Leonora’s (usually called Leo in the film) dreamer nature in this horrendously hopeless environment creates a sympathetic contrast. This dreamer nature doesn’t excuse some of her choices, but she evokes sympathy. While most post-apocalyptic entries provide this balance of hope and survival, Leo’s creativity and passion for the arts give her hope and a more focused ideal.
The relationship between Leo and her husband also creates a nice contrast, as Jacob plays the rationalist and survivor. In this decision, both characters provide that post-apocalyptic dynamic of survival and hope. These interactions allow both actors opportunities to create friction as they pull the plot from their differing perspectives.
I had the chance to listen to the dubbed version, which sounds good. I’m not much for dubs, especially on Netflix, but they did Cadaver with respect and a focus on quality. At the very least, it’s competent and doesn’t distract from the viewing experience.
Tired Tropes and Trigger Warnings
As hinted at earlier, there are some dumb decisions in the plot. While many fall within character traits, the actions don’t escape criticism. This flaw becomes incredibly repetitive when characters make the same mistake.
Implied suicide occurs throughout the film with one shown incident, but there are circumstances that change the context slightly. A world this bleak invites this depressive and dangerous state as a normality. However, one should prepare if this is a trigger.
What I Dislike or Considerations for Cadaver
Again, some decisions had me roll my eyes and endure the plot. This reaction isn’t exactly the experience I seek out in my horror. It’s more haunting to make sensible, or even intelligent, decisions and still endure unavoidable or unforeseen consequences.
It’s likely that nothing in Cadaver surprises you, which underutilizes the interesting premise. There are unique elements, certainly, but never a twist I didn’t see coming. It’s in that execution that Cadaver falls flat and fails to engage a viewer.
The film doesn’t exactly haunt the viewer, but the bleak world effectively depicts the hopelessness of a post-apocalypse. Don’t expect much genuine horror, but you can expect an appropriately uncomfortable and unnerving experience. In short, viewers of Cadaver likely want a unique twist in their post-apocalypse, not a traumatic horror.
Cadaver remains a unique viewing experience by adding a slight twist to its post-apocalyptic story. While not a haunting masterpiece, this bleak film will have you feeling the characters’ struggle. While lacking sensible decision-making skills, they are certainly sympathetic survivors struggling in a hopeless world. If this is your niche, it’s certainly worth a view.
(3 / 5)
Wheel of Time, What Might Be
Episode three of Wheel of Time was easily my favorite so far. It’s dramatic, dark, and speaks to the growing concerns about evil invading the world.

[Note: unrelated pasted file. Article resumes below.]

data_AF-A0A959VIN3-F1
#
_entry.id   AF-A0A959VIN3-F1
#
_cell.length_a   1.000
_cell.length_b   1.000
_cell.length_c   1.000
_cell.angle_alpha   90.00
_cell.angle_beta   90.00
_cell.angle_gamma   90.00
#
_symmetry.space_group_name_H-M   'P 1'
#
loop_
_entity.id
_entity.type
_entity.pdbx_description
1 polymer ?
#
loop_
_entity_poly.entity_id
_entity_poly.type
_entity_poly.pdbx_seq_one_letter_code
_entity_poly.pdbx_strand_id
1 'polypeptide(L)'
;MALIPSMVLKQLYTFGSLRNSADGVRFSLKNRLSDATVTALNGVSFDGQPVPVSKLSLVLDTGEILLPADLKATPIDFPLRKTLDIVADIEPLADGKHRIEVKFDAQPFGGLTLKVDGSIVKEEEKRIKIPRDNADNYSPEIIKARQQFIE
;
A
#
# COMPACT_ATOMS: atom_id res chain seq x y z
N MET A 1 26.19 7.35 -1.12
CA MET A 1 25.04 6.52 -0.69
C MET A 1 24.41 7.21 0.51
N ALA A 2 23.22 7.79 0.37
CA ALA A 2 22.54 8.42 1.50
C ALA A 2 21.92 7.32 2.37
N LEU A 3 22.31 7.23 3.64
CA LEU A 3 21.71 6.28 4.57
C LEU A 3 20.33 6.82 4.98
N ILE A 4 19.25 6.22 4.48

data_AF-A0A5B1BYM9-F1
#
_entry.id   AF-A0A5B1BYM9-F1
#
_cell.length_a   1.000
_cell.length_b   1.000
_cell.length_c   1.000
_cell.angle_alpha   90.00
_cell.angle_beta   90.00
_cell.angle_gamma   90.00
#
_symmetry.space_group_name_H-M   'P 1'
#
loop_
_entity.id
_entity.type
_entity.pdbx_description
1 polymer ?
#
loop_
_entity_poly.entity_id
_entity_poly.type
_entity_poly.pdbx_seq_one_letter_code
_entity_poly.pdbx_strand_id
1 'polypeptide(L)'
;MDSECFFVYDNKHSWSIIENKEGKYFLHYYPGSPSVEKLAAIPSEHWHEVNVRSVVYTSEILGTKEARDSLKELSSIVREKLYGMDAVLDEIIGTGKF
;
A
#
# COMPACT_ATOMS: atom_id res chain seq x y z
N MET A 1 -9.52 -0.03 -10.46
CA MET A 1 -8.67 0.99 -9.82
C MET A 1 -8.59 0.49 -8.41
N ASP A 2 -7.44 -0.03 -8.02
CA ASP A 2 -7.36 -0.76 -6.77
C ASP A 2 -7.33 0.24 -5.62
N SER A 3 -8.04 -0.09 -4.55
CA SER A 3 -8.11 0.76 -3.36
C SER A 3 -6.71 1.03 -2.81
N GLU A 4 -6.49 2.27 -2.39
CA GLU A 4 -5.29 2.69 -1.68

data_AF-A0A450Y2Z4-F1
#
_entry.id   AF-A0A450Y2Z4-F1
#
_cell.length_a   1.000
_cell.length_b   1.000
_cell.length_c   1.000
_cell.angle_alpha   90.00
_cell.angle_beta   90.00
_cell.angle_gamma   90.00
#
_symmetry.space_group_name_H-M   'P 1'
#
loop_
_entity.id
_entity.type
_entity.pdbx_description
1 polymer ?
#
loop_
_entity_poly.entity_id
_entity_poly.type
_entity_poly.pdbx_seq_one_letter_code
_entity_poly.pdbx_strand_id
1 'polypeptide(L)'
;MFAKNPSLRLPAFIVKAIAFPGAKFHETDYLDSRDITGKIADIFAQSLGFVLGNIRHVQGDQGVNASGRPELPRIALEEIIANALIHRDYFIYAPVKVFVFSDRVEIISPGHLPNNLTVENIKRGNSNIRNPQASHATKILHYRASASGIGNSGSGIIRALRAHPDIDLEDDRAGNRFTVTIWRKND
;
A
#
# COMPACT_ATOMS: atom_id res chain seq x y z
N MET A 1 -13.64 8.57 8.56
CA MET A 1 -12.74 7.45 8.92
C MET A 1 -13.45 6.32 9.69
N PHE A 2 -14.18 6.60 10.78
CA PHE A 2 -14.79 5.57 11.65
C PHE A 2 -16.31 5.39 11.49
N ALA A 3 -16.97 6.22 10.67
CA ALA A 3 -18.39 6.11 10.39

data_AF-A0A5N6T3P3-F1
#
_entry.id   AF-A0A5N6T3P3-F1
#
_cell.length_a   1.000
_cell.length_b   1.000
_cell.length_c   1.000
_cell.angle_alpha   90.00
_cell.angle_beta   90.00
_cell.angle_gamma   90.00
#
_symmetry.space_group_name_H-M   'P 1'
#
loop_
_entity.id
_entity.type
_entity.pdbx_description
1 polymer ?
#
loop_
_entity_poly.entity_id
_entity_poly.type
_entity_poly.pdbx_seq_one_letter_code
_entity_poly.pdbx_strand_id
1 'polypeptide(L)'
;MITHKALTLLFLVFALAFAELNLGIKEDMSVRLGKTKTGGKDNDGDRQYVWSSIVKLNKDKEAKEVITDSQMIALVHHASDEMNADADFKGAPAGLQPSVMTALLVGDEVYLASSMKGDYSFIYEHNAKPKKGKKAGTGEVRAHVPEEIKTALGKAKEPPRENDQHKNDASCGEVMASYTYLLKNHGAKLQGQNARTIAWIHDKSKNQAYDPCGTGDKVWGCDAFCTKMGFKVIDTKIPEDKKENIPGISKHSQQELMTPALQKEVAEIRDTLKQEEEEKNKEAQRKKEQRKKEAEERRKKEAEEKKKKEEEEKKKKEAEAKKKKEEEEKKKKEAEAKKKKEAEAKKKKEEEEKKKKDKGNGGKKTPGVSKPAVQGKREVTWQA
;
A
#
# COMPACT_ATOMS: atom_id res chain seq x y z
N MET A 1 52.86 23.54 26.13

Let’s begin with Nynaeve. After showing little to no progress, Liandrin thinks she’s ready to go through the Trial of The Arches. This is an initiation that all Aes Sedai have to go through to become a sister. It’s dangerous, not totally understood, and doesn’t have a great survival rate.
One would think some cooler heads would prevail and not let the very new person do this so early. Especially since Nynaeve seems to have some issues with impulse control.
But she goes into the trial, seeing first a scene from her childhood where her parents are attacked.
The point is to walk back through the arches, leaving her family behind. This she does, but doesn’t look very happy about it. Her second trial involves finding herself back in Two Rivers, where a horrible plague has ripped through the people. Again, she has to walk away from the people that she cares about and come back to reality.
The third test is a little more tricky. It appears that Nynaeve comes back covered in blood, with no memories of what happened.
Terrified, she runs from the castle only to find Lan waiting for her.
In the real world, where Liandrin and the others are waiting for her, she simply never returns.
This shakes Liandrin. She decides she’s done holding Mat against his will, and lets him leave. Excited, but also smelling a trap, he takes Min with him.
Still not sure why she had him to start with, but I guess it’s cool that she let him go.
Meanwhile, Rand is working with a familiar face at his hospital. It’s Logain, who we might remember as the false dragon from season one.
Rand would love some advice about channeling as a man. But it appears that Logain might really have lost his mind.
My favorite scene in the episode was the one involving Perrin and Lady Suroth. This scene was perfect.
First off, the character design for Lady Suroth was just perfect. Without moving more than a hand and the crook of her mouth, she manages to be terrifying.
The massively scary nails help, as does the headdress that is both beautiful and reminiscent of an insect. The sort of insect that seems likely to bite and lay eggs under the skin of a victim.
Her absolute authority was terrifying. Uno certainly learned that.